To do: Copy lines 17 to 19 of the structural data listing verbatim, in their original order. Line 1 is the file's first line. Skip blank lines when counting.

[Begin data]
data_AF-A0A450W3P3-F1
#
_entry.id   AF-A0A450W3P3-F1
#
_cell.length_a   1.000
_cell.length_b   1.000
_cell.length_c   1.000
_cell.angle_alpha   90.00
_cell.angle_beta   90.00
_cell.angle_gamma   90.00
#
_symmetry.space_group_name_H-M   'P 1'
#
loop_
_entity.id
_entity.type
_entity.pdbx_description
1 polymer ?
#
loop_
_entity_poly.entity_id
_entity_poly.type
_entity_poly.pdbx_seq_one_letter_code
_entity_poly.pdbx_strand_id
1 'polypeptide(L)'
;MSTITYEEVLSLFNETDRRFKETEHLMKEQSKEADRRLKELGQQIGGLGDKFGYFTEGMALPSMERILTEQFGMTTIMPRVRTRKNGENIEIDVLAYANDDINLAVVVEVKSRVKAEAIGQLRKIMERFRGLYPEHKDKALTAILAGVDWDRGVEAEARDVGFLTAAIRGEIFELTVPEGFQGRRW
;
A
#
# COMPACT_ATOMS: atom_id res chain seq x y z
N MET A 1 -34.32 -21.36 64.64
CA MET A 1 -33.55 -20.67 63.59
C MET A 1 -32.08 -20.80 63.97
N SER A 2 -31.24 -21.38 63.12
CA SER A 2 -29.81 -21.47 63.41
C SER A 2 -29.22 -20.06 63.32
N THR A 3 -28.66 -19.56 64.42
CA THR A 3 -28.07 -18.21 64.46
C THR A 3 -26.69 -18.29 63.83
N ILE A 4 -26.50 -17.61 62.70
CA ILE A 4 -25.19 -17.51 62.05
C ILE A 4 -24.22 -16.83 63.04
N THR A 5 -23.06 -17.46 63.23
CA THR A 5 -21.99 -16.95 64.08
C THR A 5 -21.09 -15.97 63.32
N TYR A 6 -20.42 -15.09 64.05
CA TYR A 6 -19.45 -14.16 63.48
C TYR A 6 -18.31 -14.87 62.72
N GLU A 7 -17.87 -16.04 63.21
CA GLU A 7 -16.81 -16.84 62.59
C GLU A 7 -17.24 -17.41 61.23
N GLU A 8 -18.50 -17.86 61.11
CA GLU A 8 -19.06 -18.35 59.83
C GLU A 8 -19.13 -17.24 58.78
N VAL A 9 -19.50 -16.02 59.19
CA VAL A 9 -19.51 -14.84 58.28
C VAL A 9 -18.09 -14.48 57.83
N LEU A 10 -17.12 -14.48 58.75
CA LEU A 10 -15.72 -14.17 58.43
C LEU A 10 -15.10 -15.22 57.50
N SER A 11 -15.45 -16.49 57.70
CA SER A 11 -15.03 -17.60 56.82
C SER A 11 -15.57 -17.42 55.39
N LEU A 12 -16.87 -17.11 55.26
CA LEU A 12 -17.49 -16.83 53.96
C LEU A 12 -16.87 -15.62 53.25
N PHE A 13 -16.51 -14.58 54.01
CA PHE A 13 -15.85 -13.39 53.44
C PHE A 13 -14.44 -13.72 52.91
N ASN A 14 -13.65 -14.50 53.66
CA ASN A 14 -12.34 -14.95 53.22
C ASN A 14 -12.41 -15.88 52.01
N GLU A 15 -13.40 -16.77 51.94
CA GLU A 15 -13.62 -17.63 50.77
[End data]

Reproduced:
_entity.pdbx_description
1 polymer ?
#